Journey: A Daily Prompt — WordPress suggested “Tell us about a journey — whether a physical trip you took, or an emotional one.”
Five years ago, when our oldest grand daughter was almost three months old, my girls decided they wanted to go to the beach for their birthday present.
My husband, knowing that he would be the only male on the trip, opted out. It was going to be just us girls. All four of us. Which quickly turned into five of us when my youngest asked to take a friend.
In a way, I think I got off cheap. Both of my daughters were born in July and I’ve always tried to separate their birthdays. Having them eight years apart helped in that endeavor since neither of them were ever interested in the same thing at the same time. Ever.
This was a birthday, though, that I could combine one activity for them both and still have some fun for everybody. Even me.
So we made our arrangements, packed up everybody and everything, including the baby and all the stuff that goes with that, and off we went to the beach. We were in no hurry. My husband would have had a full blown fit if he’d been in that car. We took about ten hours for a six-hour trip. We stopped, we shopped, we played, we talked, and we giggled. We pulled over to feed the baby, to feed ourselves, and to potty. There were no hurries and there were no worries.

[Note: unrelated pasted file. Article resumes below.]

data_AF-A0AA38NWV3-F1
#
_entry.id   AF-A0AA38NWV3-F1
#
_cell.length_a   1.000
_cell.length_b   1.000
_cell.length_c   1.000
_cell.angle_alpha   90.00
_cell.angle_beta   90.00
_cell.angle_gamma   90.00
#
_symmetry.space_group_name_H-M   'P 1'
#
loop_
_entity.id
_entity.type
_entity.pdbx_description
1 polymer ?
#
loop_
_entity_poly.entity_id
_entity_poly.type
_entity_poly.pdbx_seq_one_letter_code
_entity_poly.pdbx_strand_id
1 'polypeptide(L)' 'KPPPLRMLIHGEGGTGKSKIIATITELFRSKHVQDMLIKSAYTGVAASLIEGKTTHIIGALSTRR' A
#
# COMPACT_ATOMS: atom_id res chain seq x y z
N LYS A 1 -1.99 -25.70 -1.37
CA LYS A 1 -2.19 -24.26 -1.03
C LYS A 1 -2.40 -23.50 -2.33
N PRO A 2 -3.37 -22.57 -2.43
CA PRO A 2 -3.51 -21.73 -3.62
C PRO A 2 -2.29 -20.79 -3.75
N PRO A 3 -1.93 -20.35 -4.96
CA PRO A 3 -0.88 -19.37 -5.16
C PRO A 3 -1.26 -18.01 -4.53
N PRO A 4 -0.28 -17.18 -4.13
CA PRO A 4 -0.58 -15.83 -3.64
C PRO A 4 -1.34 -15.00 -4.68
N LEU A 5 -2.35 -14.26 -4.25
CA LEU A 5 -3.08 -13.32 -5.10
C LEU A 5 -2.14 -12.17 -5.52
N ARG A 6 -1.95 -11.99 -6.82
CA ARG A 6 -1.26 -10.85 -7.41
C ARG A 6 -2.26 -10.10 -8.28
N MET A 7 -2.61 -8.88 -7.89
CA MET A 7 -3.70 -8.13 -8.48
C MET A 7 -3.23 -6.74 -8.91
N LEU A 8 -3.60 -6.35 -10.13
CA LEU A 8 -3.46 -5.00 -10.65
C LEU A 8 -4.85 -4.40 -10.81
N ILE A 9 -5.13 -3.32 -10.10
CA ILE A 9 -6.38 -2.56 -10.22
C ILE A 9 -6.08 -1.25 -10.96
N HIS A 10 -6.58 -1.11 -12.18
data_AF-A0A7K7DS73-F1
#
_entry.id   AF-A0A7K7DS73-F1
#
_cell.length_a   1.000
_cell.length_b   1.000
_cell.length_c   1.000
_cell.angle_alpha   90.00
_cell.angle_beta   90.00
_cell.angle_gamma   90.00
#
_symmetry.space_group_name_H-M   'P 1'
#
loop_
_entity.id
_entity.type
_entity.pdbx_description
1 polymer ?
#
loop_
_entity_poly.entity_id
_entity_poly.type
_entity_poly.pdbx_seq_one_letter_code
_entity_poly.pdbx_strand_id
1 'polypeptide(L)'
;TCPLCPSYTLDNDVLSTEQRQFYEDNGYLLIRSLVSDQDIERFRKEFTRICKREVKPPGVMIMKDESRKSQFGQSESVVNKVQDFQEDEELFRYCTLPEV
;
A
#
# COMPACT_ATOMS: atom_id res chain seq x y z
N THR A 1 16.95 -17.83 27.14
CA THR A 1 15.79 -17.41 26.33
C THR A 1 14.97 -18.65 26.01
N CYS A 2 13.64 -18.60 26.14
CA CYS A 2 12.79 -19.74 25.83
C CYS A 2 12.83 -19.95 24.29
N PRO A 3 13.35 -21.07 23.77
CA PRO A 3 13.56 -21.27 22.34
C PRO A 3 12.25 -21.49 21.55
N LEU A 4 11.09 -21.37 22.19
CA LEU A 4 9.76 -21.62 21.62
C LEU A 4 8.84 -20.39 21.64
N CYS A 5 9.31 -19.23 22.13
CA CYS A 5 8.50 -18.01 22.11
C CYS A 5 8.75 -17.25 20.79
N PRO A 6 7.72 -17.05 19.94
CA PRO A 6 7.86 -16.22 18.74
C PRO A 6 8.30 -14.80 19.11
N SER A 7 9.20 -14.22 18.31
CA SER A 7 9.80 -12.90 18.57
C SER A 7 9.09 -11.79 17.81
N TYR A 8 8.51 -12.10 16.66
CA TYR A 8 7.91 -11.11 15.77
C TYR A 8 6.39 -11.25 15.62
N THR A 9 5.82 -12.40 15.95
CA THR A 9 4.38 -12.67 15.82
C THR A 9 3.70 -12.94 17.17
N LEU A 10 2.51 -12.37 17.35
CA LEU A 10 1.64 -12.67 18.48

The sun was just beginning to set when we reached the hotel. It was one of those tiny cheap hotels a block back from the beachfront. With two beds, a small bathroom, and a television, we settled in for our two-night stay. For our convenience, we also had a small refrigerator and a tiny microwave.
The three-month old stayed in the room with me a lot while the older girls went down to the beach. At thirteen and twenty-one, I figured they could all take care of each other. I was counting on the grand baby to entertain me.
When the baby ran out of bottles, I used the microwave to sterilize more. I filled each up with water, placed them in the microwave, and let the water boil in them for about a minute. It probably wasn’t ideal, but it was the best we could do under the circumstances. She survived it, at any rate.
The trip back was just as lazy. My husband swore we crawled home. But really we were just enjoying each other’s company. The baby slept most of the way, and if she cried we just pulled over again someplace else until she was settled.
It’s what you do with family. Just pull over, rest a bit, and let everything settle. And if you love each other, the pace at which you get back on track will never matter.
It’s the company throughout the journey, and the way you treat each other during it, that matters the most.
And plenty of diapers. That’s important, too.